The report added that the “Taliban have not revealed the identities, academic backgrounds and scientific qualifications of the board members [responsible for evaluating textbooks]. But from the content of the report, it can be understood that there was no place for education specialists and pedagogy experts in the composition of the board.”
Instead, Hasht-e Subh noted that the Taliban’s goal in overhauling the education curriculum is to “strengthen the ideology of the Taliban among the future generations… This is why the changes proposed by the Taliban are very extensive.”
This attitude toward education is why no one in my family currently attends school – none of my brothers or sisters.
“I remember very well what they were teaching and forced students to learn at school in the last period of Taliban in 1990,” my father said. “They were trying to brainwash people. I don’t want my children study the Taliban’s curriculum. I want my children get educated and empowered to serve to our nation and humanity.”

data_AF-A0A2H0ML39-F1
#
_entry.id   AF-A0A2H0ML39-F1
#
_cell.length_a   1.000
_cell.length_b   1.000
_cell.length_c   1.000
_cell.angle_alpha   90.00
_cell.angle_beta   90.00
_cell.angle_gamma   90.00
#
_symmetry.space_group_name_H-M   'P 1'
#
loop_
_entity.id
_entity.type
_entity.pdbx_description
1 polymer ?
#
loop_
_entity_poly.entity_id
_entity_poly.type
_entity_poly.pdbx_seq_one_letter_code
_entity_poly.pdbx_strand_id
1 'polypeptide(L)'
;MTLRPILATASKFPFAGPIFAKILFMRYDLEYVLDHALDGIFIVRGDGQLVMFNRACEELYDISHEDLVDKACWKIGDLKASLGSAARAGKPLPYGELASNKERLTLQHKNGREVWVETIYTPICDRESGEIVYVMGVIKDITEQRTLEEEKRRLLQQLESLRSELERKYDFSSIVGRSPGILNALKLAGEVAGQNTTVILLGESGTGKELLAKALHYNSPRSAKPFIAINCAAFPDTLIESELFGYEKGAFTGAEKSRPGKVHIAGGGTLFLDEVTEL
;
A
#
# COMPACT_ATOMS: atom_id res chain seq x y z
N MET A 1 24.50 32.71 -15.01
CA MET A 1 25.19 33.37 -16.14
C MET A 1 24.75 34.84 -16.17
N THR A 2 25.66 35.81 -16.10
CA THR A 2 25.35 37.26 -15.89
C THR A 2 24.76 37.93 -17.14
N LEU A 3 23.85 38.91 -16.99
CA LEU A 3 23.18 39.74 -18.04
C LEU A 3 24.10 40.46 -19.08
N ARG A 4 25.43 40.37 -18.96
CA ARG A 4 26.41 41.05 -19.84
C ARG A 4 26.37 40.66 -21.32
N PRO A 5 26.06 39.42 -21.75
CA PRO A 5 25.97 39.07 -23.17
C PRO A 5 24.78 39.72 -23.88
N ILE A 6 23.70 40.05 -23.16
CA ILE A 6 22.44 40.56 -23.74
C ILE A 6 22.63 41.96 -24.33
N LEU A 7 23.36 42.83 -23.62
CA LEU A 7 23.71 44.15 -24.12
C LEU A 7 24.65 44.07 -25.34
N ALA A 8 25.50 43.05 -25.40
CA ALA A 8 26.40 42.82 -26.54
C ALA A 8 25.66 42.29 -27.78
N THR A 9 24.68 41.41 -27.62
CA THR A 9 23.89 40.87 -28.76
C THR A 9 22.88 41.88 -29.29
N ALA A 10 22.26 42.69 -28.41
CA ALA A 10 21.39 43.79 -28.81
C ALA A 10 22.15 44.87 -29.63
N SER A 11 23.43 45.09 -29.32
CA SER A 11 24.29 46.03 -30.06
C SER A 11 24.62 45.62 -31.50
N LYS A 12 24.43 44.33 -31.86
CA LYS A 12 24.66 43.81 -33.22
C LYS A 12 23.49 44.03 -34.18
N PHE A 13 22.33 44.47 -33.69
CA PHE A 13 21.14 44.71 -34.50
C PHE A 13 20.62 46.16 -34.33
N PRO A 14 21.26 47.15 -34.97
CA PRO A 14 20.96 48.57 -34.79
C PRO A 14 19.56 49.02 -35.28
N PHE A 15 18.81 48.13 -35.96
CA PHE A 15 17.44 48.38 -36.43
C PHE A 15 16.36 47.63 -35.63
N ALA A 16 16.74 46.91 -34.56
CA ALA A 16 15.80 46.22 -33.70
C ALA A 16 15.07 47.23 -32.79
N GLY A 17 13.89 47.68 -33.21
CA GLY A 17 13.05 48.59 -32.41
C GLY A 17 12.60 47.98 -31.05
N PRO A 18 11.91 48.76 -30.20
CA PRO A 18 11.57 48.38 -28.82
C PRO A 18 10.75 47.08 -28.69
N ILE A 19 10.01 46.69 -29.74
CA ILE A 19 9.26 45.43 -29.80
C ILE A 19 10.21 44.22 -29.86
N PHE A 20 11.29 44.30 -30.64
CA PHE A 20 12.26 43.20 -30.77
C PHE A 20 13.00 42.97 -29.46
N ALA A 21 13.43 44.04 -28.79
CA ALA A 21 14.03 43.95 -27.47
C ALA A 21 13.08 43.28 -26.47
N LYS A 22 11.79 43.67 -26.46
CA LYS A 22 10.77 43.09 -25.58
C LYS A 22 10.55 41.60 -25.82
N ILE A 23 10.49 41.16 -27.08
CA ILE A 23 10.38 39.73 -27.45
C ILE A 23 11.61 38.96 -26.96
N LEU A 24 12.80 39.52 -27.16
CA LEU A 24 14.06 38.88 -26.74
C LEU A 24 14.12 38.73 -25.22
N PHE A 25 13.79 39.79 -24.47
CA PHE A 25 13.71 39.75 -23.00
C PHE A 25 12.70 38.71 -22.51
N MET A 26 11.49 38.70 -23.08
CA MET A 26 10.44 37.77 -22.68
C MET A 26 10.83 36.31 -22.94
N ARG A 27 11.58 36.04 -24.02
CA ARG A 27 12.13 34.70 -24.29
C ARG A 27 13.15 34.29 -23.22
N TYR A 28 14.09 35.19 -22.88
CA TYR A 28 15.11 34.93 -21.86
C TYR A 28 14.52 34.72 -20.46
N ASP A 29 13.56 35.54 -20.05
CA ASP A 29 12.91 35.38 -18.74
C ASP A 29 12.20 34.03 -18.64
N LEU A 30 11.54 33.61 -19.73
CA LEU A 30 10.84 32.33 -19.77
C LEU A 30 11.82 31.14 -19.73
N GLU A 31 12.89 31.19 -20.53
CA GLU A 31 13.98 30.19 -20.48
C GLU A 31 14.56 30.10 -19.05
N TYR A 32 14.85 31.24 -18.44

“The Taliban claimed that they changed, but they never did,” he added. “They want to take time back and do everything like that period.”
As an example, one of the main goals of changing the curriculum, according to the Taliban, is “to replace the extremist views of the Taliban in the textbooks.” As part of that, the Taliban have demanded an end to the emphasis on peace in the previous curriculum, and a rehabilitation of the Taliban’s “real jihad” against the United States, among others. Under the Taliban curriculum, “children are encouraged to fight… instead of financial and human losses of past wars, the religious and worldly benefits of past jihads should be explained in the curriculum.”